Friday, July 8, 2016

Artists in a Time of Violence

As I write this, tonight I'll be getting on a stage and doing my best to portray Pa Joad in a Houston production of The Grapes of Wrath. This final week of rehearsals has been rough, not only for the usual final week stress any theater person knows about, but for the news in my home country, these United States.

Police killing black men, snipers retaliating on police, presidential candidates who increasingly give me little reason to have confidence in them . . . those are the top stories this Friday morning. They are very distracting to me as I'm trying to focus on the work at hand, this art work that I've taken on.

This morning, I was chatting online with my colleague in art-making, Misha Penton. I expressed my feelings with my usual twist toward the ironic by saying:

Tell me, how am I supposed to go put on light summer entertainment about starvation, refugees from natural disaster, and death with all this happening in the world?

Because I have smart, sensitive, empathetic friends, she saw through the ironic phrasing and gave me this answer:

Because it matters that we keep putting art into the world. 


In fact, I might say, the most important thing for you to do is go do your starvation American West play. 

The world needs plays. 

And music.

And dance. 

And paintings. 

Art is the only thing that truly teaches compassion. 

Get out there, son, and do your art thing. 

Because we often communicate in hashtags, I responded with:   #RightThingToSay

She knows I believe that. Misha knows I've said similar things in the past. And she knew I needed to hear it again. And so, with her permission, I quote her now and put it into the broader world, particularly to artists, because maybe all the artists need to hear it too.

This is our time, artists. We need to look at the world and tell stories, create images, invent movement that puts compassion into our culture.

This is no easy call to action. The temptation is to present violent art in response to our current situation. I'm going to opine here that this is not what is needed. I've ever believed that if art can move us to good, it can also move us to evil. I would never tell you what you should and shouldn't make, but for every Guernica, which depicted war in such a way as to move people away from it, there are countless instances where art has glorified war and violence, inspired people to take up arms or made them fearful enough to do so. So, artists, in this time where we need to exercise our power, I urge you to carefully, carefully consider how you portray violence. Really, I'm begging you to approach this with all the compassion and peace-making you can muster. This is the power we need in the moment.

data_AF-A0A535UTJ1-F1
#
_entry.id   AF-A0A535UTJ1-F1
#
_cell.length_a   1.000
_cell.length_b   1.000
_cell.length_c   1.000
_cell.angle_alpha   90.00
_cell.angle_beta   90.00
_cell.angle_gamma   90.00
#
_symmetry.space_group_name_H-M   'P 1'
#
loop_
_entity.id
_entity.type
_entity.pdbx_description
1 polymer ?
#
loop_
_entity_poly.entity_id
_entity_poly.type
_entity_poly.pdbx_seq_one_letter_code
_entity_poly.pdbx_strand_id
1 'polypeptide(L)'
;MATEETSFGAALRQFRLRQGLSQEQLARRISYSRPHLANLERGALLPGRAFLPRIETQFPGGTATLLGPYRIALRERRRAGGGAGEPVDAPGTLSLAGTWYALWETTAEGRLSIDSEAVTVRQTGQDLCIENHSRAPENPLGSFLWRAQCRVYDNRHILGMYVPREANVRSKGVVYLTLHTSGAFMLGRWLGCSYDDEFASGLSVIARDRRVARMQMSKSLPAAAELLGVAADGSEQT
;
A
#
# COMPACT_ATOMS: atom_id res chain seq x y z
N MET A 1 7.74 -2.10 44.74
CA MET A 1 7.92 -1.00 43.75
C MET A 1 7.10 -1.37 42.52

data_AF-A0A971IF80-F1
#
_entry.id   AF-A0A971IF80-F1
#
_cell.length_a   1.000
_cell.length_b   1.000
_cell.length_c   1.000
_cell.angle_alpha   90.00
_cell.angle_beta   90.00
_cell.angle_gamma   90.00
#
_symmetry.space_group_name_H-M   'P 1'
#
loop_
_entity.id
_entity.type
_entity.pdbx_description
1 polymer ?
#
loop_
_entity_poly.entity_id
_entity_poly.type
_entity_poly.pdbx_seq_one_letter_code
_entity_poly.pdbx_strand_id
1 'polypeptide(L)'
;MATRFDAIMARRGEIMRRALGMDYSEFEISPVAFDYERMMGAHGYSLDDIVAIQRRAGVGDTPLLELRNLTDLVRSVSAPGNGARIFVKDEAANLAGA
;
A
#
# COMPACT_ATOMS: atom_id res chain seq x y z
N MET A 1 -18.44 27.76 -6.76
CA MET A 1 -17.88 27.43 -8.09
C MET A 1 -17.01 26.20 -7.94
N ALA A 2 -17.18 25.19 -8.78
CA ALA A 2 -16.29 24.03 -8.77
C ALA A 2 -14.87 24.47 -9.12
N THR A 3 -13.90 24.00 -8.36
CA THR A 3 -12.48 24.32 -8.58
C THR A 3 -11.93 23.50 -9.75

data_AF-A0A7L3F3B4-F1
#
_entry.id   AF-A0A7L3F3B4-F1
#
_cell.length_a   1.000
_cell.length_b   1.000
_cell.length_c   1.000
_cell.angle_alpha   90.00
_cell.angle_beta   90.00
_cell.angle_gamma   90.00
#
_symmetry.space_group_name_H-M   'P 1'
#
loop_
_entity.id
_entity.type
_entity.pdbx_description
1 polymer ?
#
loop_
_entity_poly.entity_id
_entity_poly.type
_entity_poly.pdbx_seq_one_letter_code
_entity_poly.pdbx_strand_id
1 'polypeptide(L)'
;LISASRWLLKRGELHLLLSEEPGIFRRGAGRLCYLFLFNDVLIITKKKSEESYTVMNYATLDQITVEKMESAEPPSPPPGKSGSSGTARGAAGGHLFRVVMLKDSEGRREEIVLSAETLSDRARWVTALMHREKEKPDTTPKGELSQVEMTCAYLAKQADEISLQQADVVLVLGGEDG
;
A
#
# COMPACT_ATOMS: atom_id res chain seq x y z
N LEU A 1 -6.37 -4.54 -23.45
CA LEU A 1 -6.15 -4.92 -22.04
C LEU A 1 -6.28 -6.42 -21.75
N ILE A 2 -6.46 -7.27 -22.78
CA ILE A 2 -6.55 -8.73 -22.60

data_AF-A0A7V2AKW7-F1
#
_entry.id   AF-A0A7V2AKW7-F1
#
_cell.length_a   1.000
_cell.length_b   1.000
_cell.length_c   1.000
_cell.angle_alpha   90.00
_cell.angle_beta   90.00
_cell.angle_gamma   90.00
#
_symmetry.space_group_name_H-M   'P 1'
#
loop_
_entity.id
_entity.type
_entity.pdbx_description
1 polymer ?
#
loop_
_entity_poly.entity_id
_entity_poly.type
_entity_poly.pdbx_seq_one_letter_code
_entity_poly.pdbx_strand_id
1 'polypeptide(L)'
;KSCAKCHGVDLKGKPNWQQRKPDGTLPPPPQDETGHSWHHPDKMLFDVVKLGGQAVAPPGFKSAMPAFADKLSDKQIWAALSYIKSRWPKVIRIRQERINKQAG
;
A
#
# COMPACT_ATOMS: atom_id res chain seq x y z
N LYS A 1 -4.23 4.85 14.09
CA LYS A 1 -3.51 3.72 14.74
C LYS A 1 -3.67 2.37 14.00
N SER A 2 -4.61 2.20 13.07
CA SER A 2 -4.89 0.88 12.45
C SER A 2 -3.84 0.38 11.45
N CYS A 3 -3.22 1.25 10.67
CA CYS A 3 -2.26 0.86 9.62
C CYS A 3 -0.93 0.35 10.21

How do we do this? In all the many ways we make art, really. It's a problem to solve and as Houston-based choreographer and art educator Jane Weiner often says, art-making is problem solving. We can put all our creative energies behind the problems of the day and we can find solutions. Put another way, art-making is solution-making.

This is idealism, perhaps, but it's also imagination. Everything starts with imagination. If you can't imagine it, it can't happen. It took imagination to develop a stop sign, how it would work, how it would create some small order on our roads. It takes imagination to decide to . . . do anything. It takes imagination to take up a paint brush and it takes imagination to take up a gun. What world do you imagine? That imagination shapes the world, from stop signs to galleries to pulling a trigger.

What world do you imagine?

Act on that.

For now, I have to spend the afternoon preparing to create compassion and empathy for refugees from a natural disaster as they face police brutality, starvation, and death. It's what I have today.